UT Health Science Center School of Nursing receives $210,000 more to boost enrollment

SAN ANTONIO (Nov. 16, 2009) — For the second time this fall, the School of Nursing at The University of Texas Health Science Center at San Antonio has been awarded hundreds of thousands of dollars in state funds to bring more nursing students into the workforce.

Based on the School of Nursing’s track record of increasing its graduates to stem the nursing workforce shortage, the Texas Higher Education Coordinating Board awarded the school $210,688 on Nov. 15, following a $300,000 award presented Sept. 30. Both awards were authorized by the 81st State Legislature of 2009 and were conveyed through the coordinating board’s Professional Nursing Shortage Reduction Program.

“The goal is to bring more nursing graduates into the workforce, which is getting smaller because many nurses are retiring,” explained School of Nursing Dean Eileen T. Breslin, RN, Ph.D. “Meanwhile, the large baby boomer generation is becoming older and will need more nurses to care for them in the future.”

The School of Nursing has a plan to gradually admit larger nursing classes in order to graduate more nursing professionals. The more students who graduate, the more funds the School of Nursing may qualify for to support the students’ education, explained Rudy Gomez, assistant dean for administration in the School of Nursing.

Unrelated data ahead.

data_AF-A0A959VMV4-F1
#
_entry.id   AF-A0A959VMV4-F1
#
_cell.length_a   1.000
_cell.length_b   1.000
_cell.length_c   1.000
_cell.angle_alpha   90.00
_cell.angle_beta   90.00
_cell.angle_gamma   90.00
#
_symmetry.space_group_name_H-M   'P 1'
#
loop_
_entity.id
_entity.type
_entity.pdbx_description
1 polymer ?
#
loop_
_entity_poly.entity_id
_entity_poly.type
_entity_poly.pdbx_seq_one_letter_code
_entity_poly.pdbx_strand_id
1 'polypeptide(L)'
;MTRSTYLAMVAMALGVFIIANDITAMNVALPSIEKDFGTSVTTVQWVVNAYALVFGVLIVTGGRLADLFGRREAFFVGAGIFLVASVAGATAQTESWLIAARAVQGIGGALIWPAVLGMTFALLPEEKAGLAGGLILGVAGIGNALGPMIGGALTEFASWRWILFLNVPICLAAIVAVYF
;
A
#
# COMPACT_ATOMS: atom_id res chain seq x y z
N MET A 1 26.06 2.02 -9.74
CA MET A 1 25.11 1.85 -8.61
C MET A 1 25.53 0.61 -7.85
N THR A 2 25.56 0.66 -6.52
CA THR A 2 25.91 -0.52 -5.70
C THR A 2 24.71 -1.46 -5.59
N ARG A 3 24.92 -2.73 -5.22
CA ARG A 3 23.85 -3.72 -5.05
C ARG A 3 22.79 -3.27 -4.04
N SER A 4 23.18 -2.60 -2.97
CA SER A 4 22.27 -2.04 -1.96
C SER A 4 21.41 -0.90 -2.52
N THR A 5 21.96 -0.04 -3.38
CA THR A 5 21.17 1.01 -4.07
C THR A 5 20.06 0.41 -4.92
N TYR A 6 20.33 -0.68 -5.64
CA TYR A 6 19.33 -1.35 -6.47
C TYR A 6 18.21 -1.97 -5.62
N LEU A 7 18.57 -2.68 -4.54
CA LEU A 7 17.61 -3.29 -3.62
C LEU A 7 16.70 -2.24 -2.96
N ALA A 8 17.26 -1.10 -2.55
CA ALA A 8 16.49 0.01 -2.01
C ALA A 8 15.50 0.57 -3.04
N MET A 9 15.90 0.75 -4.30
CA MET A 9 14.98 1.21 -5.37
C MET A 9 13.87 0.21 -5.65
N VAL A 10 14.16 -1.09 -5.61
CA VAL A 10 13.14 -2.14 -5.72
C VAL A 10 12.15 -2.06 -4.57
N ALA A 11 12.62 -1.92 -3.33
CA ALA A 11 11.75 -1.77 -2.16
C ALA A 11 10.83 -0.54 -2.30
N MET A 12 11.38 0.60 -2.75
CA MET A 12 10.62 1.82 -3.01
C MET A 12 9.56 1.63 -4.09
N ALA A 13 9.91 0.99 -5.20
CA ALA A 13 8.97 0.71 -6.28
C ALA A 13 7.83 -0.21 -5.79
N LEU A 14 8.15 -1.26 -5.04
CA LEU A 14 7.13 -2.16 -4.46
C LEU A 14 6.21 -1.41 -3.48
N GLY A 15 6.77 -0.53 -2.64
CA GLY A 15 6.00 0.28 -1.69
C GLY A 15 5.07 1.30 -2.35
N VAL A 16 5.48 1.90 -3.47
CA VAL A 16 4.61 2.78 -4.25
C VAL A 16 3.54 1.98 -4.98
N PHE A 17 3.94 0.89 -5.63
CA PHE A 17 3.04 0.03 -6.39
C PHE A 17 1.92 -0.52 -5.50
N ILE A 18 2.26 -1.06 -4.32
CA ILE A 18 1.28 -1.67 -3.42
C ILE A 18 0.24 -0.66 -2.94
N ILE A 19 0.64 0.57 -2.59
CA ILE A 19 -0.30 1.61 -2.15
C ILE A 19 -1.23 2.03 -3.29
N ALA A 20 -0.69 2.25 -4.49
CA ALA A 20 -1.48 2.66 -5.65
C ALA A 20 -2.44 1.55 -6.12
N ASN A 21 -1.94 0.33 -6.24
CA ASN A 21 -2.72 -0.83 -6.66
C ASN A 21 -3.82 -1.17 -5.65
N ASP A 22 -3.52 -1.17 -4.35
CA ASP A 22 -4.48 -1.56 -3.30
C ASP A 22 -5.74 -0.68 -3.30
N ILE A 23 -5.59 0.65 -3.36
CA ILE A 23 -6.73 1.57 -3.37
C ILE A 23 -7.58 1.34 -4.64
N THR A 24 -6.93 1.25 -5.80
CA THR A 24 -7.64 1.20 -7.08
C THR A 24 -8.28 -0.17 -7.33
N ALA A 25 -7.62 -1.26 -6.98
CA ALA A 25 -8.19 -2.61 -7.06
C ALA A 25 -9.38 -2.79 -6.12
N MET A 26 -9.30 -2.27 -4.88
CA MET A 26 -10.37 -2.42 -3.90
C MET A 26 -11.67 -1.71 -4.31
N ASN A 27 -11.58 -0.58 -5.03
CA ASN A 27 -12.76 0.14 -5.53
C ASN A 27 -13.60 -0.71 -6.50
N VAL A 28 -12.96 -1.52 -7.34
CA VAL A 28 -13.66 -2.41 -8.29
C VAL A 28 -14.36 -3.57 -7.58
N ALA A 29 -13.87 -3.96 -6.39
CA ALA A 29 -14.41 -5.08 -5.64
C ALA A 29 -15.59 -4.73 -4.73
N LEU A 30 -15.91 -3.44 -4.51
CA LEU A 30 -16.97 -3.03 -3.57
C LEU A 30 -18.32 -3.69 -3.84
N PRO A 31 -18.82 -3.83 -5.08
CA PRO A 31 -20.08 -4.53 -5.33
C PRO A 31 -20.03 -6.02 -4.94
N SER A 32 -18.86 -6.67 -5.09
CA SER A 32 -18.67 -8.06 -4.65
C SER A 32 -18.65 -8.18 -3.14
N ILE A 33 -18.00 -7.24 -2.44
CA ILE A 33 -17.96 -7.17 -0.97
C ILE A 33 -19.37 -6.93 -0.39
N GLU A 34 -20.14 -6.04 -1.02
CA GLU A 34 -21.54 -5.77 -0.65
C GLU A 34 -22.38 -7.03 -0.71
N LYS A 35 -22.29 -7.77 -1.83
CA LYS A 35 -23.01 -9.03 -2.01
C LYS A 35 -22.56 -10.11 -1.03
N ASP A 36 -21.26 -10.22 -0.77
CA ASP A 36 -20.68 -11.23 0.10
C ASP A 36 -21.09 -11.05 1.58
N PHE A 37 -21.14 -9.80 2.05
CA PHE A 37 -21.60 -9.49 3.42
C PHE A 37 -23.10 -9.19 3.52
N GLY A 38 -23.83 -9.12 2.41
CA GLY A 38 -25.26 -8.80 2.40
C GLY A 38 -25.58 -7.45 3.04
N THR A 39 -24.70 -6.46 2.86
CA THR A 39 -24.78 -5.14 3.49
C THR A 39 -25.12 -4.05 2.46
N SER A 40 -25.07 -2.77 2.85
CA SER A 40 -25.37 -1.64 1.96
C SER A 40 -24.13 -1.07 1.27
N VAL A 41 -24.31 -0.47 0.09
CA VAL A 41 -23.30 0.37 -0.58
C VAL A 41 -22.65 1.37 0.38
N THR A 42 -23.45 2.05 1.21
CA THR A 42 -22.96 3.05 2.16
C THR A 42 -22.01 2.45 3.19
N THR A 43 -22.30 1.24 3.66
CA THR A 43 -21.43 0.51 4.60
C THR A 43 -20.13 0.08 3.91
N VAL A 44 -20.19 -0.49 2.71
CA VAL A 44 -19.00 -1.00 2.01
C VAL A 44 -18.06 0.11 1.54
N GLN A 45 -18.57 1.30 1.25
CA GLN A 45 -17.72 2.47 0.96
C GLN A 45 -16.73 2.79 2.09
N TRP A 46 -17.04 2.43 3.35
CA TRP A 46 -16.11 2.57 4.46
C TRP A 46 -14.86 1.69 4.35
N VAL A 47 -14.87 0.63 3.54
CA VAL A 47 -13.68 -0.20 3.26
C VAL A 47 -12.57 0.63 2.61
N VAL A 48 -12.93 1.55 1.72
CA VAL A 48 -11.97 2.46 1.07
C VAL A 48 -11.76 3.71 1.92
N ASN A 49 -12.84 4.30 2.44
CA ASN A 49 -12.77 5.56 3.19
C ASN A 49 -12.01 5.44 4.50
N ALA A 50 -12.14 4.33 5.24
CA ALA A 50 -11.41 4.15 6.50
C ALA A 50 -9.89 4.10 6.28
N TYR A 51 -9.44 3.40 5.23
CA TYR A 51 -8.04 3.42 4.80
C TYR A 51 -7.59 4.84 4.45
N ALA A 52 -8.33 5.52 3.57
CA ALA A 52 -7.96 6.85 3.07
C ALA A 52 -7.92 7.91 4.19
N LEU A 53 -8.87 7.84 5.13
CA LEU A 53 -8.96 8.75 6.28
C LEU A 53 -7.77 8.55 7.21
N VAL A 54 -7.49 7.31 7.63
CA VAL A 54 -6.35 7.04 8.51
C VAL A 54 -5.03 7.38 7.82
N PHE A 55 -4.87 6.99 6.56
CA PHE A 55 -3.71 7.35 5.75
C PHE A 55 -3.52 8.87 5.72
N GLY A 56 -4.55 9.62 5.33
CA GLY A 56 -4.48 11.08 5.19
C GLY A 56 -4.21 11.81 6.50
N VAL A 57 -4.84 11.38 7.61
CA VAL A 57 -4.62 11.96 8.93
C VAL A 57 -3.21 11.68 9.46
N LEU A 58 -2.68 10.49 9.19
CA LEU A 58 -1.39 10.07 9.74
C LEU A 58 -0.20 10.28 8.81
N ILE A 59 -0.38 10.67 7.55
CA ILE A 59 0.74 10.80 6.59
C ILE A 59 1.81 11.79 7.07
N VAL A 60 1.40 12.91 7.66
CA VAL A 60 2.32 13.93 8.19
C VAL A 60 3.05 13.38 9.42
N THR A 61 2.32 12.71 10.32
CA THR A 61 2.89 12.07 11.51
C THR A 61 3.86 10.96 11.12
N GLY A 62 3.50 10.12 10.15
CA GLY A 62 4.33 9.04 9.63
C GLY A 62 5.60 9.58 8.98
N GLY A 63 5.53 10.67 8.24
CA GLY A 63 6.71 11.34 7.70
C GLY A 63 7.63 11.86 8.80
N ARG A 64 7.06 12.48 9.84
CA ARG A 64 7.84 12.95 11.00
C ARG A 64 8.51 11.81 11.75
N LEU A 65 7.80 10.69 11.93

In fiscal year 2007-2008, the School of Nursing received a one-time award of $686,547 to increase its incoming nursing classes by about 40 students each year for two years. The Texas Legislature appropriated more funds during the following session in 2009. “The $210,668 we just received in November supports continuing instruction for those 80 students, because 41 more of our students graduated in 2009 than graduated in 2008,” Gomez said.

“Building on that, the $300,000 we received in September this year will support a larger incoming class beginning in fall 2010,” Dean Breslin added. If additional graduation benchmarks are met, the school may receive an additional $450,000 to increase its incoming class size in fall 2011 by an additional 45 students from current levels.

“We hope to increase our overall enrollment by 25 percent over the next five years,” Gomez said.

 

 
The University of Texas Health Science Center at San Antonio is the leading research institution in South Texas and one of the major health sciences universities in the world. With an operating budget of $668 million, the Health Science Center is the chief catalyst for the $16.3 billion biosciences and health care sector in San Antonio’s economy. The Health Science Center has had an estimated $36 billion impact on the region since inception and has expanded to six campuses in San Antonio, Laredo, Harlingen and Edinburg. More than 26,400 graduates (physicians, dentists, nurses, scientists and other health professionals) serve in their fields, including many in Texas. Health Science Center faculty are international leaders in cancer, cardiovascular disease, diabetes, aging, stroke prevention, kidney disease, orthopaedics, research imaging, transplant surgery, psychiatry and clinical neurosciences, pain management, genetics, nursing, dentistry and many other fields. For more information, visit www.uthscsa.edu.



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